Investor spends $217k chasing ACI and gets nothing

Frustrating chase for Niki Lauda towers project refund by UK investor

Tennis legend Boris Becker (left) and ACI CEO Robin Lohmann, at the launch of the Boris Becker towers in 2008. ITP image.
Tennis legend Boris Becker (left) and ACI CEO Robin Lohmann, at the launch of the Boris Becker towers in 2008. ITP image.

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A British investor has spent more than AED800,000 ($217,800) in legal fees in a bid to reclaim money he invested in two offices in a celebrity-branded real estate project in Dubai.

Ron Oakley, who invested AED1.28m in Niki Lauda Twin Towers, has won several legal cases ordering Alternative Capital Invest (ACI) to pay back his money for both failure to complete and for registering the property in another party’s name, but he has yet to see any money.

“If I had my time again, I wouldn’t have done it. It has cost me nearly AED800,000 so far to take them to court, of which we’ll see nothing,” Oakley told Arabian Business.

“There were two different rulings for each case as each office had a separate case. One ruled in my favour based on a court-appointed expert… finding the building to be only five percent started and abandoned for more than two years."

“The other was ruled in my favour as they had registered it to another party with the Land Department,” he added.

ACI unveiled its plans for three celebrity-branded towers at the height of Dubai’s five-year property boom in 2008, fronted by its CEO Robin Lohmann.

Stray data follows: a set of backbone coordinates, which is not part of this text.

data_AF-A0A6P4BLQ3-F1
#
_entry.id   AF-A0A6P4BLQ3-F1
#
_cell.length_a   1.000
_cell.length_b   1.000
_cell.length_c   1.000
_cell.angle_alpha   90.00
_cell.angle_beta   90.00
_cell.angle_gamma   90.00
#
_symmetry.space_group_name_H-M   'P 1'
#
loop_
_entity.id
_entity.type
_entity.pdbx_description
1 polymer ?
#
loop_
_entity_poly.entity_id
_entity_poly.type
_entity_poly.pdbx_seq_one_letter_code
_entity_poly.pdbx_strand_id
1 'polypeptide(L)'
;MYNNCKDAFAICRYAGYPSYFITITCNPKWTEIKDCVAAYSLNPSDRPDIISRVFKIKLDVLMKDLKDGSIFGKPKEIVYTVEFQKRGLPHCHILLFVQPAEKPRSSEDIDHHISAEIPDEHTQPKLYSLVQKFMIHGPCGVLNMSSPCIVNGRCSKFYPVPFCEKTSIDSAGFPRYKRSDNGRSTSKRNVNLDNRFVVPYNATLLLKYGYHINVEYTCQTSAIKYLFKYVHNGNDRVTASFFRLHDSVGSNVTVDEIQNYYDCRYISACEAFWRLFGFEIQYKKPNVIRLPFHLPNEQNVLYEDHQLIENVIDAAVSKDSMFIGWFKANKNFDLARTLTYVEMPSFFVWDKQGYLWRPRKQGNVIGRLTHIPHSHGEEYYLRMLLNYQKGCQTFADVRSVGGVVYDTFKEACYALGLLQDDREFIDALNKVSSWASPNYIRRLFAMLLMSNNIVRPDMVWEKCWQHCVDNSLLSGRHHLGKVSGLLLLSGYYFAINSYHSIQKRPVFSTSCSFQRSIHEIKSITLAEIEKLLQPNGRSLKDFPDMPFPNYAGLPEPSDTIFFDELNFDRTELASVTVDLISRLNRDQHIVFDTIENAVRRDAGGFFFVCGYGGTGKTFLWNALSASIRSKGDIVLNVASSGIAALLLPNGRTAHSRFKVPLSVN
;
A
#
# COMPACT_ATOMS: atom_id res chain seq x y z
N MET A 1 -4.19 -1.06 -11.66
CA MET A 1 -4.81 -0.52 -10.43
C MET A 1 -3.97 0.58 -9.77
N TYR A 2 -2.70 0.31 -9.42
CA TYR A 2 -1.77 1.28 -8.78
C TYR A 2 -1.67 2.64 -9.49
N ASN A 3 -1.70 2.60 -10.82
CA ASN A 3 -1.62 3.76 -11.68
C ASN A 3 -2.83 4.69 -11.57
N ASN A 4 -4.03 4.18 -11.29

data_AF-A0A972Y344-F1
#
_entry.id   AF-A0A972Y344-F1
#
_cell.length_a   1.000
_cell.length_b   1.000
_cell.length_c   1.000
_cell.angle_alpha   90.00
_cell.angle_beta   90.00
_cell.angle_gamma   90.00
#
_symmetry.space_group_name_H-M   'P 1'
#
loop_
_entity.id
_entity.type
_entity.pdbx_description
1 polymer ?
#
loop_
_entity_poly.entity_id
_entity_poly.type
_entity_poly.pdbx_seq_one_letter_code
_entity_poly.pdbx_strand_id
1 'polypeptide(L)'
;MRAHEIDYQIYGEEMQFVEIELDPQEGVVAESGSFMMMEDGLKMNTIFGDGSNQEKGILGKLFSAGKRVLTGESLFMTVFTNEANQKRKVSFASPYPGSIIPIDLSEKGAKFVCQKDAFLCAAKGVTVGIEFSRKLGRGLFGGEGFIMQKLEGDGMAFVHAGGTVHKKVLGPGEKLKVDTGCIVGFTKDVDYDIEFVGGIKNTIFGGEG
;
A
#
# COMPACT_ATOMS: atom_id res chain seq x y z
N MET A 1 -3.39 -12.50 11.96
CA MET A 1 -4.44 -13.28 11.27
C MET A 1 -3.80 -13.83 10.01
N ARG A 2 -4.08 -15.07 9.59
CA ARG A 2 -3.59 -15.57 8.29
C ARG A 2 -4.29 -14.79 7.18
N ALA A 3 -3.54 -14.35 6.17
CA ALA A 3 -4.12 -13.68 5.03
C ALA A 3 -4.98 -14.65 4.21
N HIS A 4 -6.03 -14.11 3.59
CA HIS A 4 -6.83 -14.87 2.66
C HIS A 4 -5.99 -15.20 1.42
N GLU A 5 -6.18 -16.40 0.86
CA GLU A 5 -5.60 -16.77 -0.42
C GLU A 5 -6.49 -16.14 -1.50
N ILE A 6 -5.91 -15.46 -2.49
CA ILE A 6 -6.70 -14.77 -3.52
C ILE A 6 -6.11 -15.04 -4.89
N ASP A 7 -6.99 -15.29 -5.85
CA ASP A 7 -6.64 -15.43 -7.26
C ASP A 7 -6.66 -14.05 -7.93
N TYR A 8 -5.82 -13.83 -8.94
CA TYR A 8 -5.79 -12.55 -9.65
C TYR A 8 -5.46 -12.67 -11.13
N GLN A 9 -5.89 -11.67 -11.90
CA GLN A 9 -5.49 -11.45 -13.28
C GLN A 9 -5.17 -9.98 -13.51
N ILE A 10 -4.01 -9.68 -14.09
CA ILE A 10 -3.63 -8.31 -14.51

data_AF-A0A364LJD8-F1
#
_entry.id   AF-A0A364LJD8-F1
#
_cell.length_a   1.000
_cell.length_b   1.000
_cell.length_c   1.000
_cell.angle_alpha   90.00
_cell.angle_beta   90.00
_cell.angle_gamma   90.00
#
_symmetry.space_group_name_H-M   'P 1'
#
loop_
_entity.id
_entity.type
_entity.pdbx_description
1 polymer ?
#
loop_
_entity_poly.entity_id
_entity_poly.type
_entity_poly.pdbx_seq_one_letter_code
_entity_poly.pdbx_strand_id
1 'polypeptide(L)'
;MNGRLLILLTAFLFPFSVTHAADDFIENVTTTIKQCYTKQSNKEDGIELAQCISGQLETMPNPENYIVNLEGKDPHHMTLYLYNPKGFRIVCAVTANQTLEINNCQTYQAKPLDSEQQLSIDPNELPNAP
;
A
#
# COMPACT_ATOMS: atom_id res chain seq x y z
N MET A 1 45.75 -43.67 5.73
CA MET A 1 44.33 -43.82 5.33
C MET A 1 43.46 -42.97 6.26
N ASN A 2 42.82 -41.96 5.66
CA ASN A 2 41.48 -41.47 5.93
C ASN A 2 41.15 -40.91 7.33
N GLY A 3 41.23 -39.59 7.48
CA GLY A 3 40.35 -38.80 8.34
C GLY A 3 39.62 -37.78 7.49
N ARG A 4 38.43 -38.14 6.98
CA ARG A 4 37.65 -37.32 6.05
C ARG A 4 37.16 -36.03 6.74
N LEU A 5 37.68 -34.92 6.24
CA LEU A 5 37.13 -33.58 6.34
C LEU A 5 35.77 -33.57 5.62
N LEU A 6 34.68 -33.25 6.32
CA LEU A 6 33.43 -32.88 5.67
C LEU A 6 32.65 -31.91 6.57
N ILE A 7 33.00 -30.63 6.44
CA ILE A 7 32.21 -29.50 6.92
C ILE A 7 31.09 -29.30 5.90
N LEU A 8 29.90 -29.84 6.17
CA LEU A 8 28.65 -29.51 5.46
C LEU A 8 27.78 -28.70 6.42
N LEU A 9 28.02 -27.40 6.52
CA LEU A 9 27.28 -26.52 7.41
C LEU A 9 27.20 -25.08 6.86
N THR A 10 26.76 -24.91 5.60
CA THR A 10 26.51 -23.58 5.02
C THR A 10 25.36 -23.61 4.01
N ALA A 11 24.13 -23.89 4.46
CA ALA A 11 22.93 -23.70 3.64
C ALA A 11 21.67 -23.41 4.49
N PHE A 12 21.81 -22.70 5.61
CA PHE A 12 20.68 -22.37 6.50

Michael Schumacher Business Avenue, Boris Becker Business Tower and Niki Lauda Twin Towers were to be built in the city’s Business Bay district and include residential, retail and office space. ACI’s website describes the development as “truly fit to be named after a legend”.

All three towers stalled following the collapse of Dubai’s property market in late-2008, which saw speculators flee the market and house prices slump more than 60 percent from their peak.

Court bailiffs and several attempts to attach assets to the German developer have been futile, said Oakley. “Initially the court… sent the bailiffs in because they refused to pay, but the court bailiff couldn’t do anything because they had switched trade licenses."

“Then we went back to the courts and we tried to attach some land [but that didn’t work]. The court then sent around to all of the banks in the country to check whether ACI had any bank accounts with them and they all came back negative…. We are in a catch 22,” he added.

ACI filed for bankruptcy on four of its seven property funds in September 2010, according to German media reports. The firm’s website still lists 11 projects that it says are under development, with another six being undertaken by “third party developers”.

Both Niki Lauder and Boris Becker have distanced themselves from the project. Speaking to Arabian Business last February, Becker said he was unsure whether he was still involved in the project that bears his name.

“I have to think about it, because I believe the deal was three or four years old and I’m not sure whether I’m still involved,” he said. “The name is still on it, but whether I’m personally involved? I don’t think so.”

Ex-Formula One racing driver Niki Lauda told Arabian Business last year that he hadn’t heard from the developer since the launch of the project in December 2007. “Who is he? No, I only met him once, when I was there in the beginning and I haven’t heard from him since then,” he said.
 

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